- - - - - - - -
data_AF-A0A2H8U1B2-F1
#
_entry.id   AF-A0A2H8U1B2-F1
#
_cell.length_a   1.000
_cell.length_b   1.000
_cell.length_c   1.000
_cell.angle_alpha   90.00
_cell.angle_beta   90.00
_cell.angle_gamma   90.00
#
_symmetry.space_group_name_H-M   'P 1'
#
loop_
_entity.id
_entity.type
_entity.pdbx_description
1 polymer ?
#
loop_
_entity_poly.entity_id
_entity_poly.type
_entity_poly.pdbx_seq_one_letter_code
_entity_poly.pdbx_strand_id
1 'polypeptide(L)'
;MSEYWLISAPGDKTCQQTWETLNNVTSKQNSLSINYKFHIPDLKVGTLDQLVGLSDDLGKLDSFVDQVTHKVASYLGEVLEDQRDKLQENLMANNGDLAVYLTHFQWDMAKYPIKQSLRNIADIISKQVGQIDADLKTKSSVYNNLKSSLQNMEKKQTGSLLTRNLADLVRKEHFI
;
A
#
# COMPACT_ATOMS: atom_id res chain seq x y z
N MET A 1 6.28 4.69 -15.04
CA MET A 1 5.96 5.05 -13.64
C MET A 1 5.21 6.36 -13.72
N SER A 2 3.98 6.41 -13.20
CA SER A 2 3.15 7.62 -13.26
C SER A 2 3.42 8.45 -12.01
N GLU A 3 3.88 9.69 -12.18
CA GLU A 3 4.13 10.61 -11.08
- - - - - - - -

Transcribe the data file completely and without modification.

data_AF-A0A2H8U1B2-F1
#
_entry.id   AF-A0A2H8U1B2-F1
#
_cell.length_a   1.000
_cell.length_b   1.000
_cell.length_c   1.000
_cell.angle_alpha   90.00
_cell.angle_beta   90.00
_cell.angle_gamma   90.00
#
_symmetry.space_group_name_H-M   'P 1'
#
loop_
_entity.id
_entity.type
_entity.pdbx_description
1 polymer ?
#
loop_
_entity_poly.entity_id
_entity_poly.type
_entity_poly.pdbx_seq_one_letter_code
_entity_poly.pdbx_strand_id
1 'polypeptide(L)'
;MSEYWLISAPGDKTCQQTWETLNNVTSKQNSLSINYKFHIPDLKVGTLDQLVGLSDDLGKLDSFVDQVTHKVASYLGEVLEDQRDKLQENLMANNGDLAVYLTHFQWDMAKYPIKQSLRNIADIISKQVGQIDADLKTKSSVYNNLKSSLQNMEKKQTGSLLTRNLADLVRKEHFI
;
A
#
# COMPACT_ATOMS: atom_id res chain seq x y z
N MET A 1 6.28 4.69 -15.04
CA MET A 1 5.96 5.05 -13.64
C MET A 1 5.21 6.36 -13.72
N SER A 2 3.98 6.41 -13.20
CA SER A 2 3.15 7.62 -13.26
C SER A 2 3.42 8.45 -12.01
N GLU A 3 3.88 9.69 -12.18
CA GLU A 3 4.13 10.61 -11.08